New movie brings shivers rather than Goosebumps

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With over 400 million copies sold in 32 different languages worldwide, it’s no wonder the famous “Goosebumps,” novels have been turned into a motion picture.

Halloween is approaching swiftly, and that’s enough reason to relive your middle school days and watch the new “Goosebumps” movie.

Unlike every other film based on the infamous books, director Rob Letterman takes a new spin on these horrific stories. Compiled in 1 hour and 43 minutes are every “Goosebumps,” book ever written—all the danger, all the fright, all the suspense jammed into one movie.

Although depicted as a horror film, this movie brings a sense of chills only a child could experience alone in the dark and, as a growing adult, is just a good reminder of the late nights keeping an eye open before bed for the monsters I’d read about that night.

The movie opens with the main character Zach, played by Dylan Minnette, and his recently widowed mother, actress Amy Ryan, as they begin their move to Madison, Del. Zach is intrigued by his cute new neighbor, Hannah, played by actress Odeya Rush, but any attraction is quickly concealed when he meets her loud and protective father, actor Jack Black, who is really R.L. Stine in disguise.

Hannah sneaks out to meet her new neighbor, sparks fly between the two love-struck teens, but her father refuses to let any relationship happen and whisks her away to the house, forbidding her to leave.

Zach fears that he hears a household dispute and ventures into the house to find and save Hannah. Instead of being a hero though, Zach uncovers every “Goosebumps,” novel manuscript and discovers Hannah’s father is the author.

He cracks open the cover and unleashes a beast only believable in our imaginations, the “Abominable Snowman of Pasadena.” Hannah and Zach scramble to put the monster back in the book but end up unleashing a creature worse, Slappy, the ventriloquist dummy.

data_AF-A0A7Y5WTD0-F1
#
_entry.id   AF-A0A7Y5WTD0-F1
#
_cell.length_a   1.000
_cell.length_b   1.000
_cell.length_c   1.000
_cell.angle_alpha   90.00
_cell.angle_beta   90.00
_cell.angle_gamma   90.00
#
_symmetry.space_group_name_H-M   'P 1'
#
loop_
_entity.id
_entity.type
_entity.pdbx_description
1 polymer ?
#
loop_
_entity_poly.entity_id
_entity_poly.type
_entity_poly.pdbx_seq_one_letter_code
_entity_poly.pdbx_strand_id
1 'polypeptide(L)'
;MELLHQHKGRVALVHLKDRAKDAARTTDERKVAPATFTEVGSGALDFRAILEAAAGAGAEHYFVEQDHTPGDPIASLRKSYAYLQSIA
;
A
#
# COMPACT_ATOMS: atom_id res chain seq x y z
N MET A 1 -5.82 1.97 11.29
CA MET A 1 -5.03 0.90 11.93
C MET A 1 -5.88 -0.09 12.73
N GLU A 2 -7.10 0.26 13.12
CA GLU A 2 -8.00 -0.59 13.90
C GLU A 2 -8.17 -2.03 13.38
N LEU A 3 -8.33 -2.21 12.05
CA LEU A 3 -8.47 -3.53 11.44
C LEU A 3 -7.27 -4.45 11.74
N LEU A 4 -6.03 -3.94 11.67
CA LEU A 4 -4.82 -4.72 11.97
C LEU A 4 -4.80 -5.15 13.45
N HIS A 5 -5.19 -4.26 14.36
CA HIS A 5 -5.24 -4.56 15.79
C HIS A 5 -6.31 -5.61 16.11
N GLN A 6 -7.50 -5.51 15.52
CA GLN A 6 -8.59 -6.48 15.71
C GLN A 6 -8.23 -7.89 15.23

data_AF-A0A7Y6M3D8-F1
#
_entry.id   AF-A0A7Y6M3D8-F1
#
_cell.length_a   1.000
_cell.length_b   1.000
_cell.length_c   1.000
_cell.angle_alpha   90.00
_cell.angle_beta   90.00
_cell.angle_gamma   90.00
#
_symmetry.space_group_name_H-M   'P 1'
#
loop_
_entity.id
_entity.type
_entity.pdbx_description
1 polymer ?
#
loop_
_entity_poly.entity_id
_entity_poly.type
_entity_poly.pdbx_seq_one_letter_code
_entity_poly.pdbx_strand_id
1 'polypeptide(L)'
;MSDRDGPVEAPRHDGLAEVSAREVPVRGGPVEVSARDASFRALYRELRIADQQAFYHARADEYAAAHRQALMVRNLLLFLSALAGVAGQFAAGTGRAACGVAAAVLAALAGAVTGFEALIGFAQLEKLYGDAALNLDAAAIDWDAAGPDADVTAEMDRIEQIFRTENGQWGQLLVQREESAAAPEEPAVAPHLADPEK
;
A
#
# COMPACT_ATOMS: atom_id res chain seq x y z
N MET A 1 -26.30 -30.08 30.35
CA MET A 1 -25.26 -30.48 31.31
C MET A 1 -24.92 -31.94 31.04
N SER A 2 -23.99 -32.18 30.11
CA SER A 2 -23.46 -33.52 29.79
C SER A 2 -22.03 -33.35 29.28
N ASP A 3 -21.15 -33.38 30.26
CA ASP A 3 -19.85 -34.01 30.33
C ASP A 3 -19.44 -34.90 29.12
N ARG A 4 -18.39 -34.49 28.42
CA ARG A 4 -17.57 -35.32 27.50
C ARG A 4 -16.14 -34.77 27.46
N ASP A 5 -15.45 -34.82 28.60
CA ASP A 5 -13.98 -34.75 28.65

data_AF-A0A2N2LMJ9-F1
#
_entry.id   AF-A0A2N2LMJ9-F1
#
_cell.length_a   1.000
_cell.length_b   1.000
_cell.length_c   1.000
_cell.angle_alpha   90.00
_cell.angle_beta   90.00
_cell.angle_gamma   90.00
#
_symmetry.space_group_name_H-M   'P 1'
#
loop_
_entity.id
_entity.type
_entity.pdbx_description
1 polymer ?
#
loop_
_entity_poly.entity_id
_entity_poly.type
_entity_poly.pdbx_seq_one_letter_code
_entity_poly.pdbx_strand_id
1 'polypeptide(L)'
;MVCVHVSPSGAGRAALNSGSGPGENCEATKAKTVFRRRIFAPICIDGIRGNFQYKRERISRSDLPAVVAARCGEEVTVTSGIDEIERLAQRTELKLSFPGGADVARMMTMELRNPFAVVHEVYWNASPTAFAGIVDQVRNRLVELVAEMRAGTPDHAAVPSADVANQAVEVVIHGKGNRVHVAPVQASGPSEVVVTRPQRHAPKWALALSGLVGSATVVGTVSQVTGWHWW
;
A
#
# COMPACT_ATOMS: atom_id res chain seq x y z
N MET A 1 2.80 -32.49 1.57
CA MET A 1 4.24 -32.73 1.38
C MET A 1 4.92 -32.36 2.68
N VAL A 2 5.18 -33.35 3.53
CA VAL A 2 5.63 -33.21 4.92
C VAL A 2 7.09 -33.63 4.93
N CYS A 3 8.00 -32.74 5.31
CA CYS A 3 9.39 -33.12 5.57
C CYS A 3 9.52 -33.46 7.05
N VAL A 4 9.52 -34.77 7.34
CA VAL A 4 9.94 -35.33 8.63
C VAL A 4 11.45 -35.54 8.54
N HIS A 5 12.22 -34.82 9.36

Slappy thinks up a plan to cause destruction to all of Madison as revenge for Stine locking him inside a book for so many years. As Slappy opens up all the books, Stine and the kids attempt to save the city before it becomes a complete nightmare.

Overall, the dialogue has simple and quick humor that will bring a chuckle or smile to anyone’s face. Animation was believable and fun to watch as the characters of “Goosebumps,” literally came off the page and into real life.

As stated before, the film wasn’t very scary, unless you were the 40-year-old woman who sat in front of me and screamed every time something popped on screen. I don’t know if she was honestly afraid or just didn’t get out much.

The movie appeared as more of an adventure, but those young at heart may be scared by zombies popping out of graves, man-eating plants or a werewolf in shorts — although I was expecting the werewolf to be Taylor Lautner making a guest appearance.

The movie was worth the price of admission with enough action to keep you entertained. Although entertaining to watch, don’t worry about going alone; the scares in this movie a baby could handle.

 

LAUREN SOVISKY

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